Sat, Dec 31st 2016, 09:00 AM
Castrol Quote of the Day: December 31, 2016 To all our valued customers: MAY GOD CONTINUE TO BLESS IN 2017... HAPPY NEW YEAR BAHAMAS!" From Management & Staff Bay Street Garage Ltd.
Castrol Quote of the Day: December 31, 2016
To all our valued customers:
MAY GOD CONTINUE TO BLESS IN
HAPPY NEW YEAR BAHAMAS!
"From Management &
Staff Bay Street Garage Ltd.
Brought to you by Bay Street Garage. Visit our listing page on BahamasLocal.com.
Sat, Dec 31st 2016, 08:57 AM
Fri, Dec 30th 2016, 09:18 PM
A 36-year-old man who admitted to hitting his ex-girlfriend during an argument has been ordered to perform 40 hours of community service and to pay $350 to his victim.
Darren Adderley picked up the woman from her home in Fox Hill to talk about their relationship, the prosecutor Sergeant Philip Davis told the court.
The woman said Adderley got upset when she told him that their relationship was over and started hitting her as he took her to his home at Lazaretto Road.
The woman said the assault continued at Adderley's home.
Adderley told police that he was defending himself against an attack by the woman.
The woman, who was in court told Magistrate Samuel McKinney that she had forgiven Adderley, and didn't want him to go to prison.
Adderley, who was no previous convictions, has until January 3 to pay the compensation.
He returns to court on
January 27 to see if he has completed his community service.
Fri, Dec 30th 2016, 09:08 PM
Proverbs 14: 34, "Righteousness exalteth a nation, but sin is a reproach to any people."
Unequivocal commitment and support for God, the Bible and the constitution of The Bahamas; putting God and country above party and personal interests.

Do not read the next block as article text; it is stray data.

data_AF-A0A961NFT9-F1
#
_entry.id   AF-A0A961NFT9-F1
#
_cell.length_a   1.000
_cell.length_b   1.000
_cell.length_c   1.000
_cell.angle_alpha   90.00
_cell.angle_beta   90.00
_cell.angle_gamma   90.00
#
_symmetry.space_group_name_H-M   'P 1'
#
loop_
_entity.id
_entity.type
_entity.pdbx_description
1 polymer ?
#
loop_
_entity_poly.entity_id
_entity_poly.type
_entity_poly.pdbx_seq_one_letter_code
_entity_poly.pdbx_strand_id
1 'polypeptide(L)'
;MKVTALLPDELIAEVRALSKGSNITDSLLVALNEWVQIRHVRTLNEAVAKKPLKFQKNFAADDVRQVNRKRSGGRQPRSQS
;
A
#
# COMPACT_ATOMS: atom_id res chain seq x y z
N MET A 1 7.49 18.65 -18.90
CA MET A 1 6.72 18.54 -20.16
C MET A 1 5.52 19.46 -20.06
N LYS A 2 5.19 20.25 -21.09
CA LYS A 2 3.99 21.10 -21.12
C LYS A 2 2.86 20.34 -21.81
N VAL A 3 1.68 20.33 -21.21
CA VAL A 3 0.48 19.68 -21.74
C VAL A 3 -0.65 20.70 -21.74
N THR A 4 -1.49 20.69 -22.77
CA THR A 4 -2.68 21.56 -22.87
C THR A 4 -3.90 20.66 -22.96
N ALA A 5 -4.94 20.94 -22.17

Promote discipline, respect and patriotism among children, students and young adults by making it mandatory for them to be involved in a paramilitary organization such as Scouts, Guides, Pathfinders, Police Force Cadets, or any other government-recognized church or civic group for a minimum of three years.
Implement a comprehensive land policy, whereby every Bahamian family receives a portion of Crown land or generation property, which cannot be sold, but passed on to their children and grandchildren. This is in keeping with the biblical principle given to ancient Israel, that the people (every family) inherit a portion of the land (Joshua 14: 1 -6, 19:49-51, Numbers 27:1-8). This will immediately increase the middle class, and correspondingly decrease the welfare population.
Foster law and discipline in society by the resumption of corporal and capital punishments (Genesis 9:6; Proverbs 23:13-14), including passing a law that the courts of The Bahamas become the final court of appeal in capital cases, similar to what exists in election court cases.
Re-examine The Bahamas' diplomatic relationship with the Chinese government.
Deepen our democracy by extending local government to every consistency in The Bahamas, allocating at least a million dollars annually to be spent in every constituency (including the Family Islands), under the supervision of the member of Parliament in conjunction with the local government councils.
Implement a recall system, giving constituents the right to petition the Election Court to recall members of Parliament who are in legally defined "breach of contract" with their constituents.
Intensify the acceleration of our agricultural industry, in conjunction with BAMSI, with a proliferation of green houses and backyard farming in New Providence, and government subsidized fruit and vegetable growing in the Family Islands, thus incentivizing and encouraging a population shift from New Providence into the Family Islands thereby reducing unemployment and possibly assisting in lowering the escalating crime rate, while boosting entrepreneurship.
Implement a "National Day of Prayer and Thanksgiving" for The Bahamas, to be celebrated annually on one of the existing holidays (possibly January 10, Majority Rule Day).
To fully solarize The Bahamas within the next 10 years, thus creating a brand new industry with lower electricity costs and good-paying jobs that are environmentally friendly.
- Pastor Jeremiah Duncombe, leader, The Gatekeepers
Fri, Dec 30th 2016, 08:52 PM
U.S.-based Bahamian artist Omar Richardson returns to the University of The Bahamas (UB) in January to exhibit a selection of works from his 2011 series 'Renewal.' The exhibition opens to the public Thursday, January 12 at The Pro Gallery located on UB's Oakes Field campus. He will also give a talk about the works on January 11 in the gallery and a printmaking workshop on January 12th in UB's Visual Arts studio.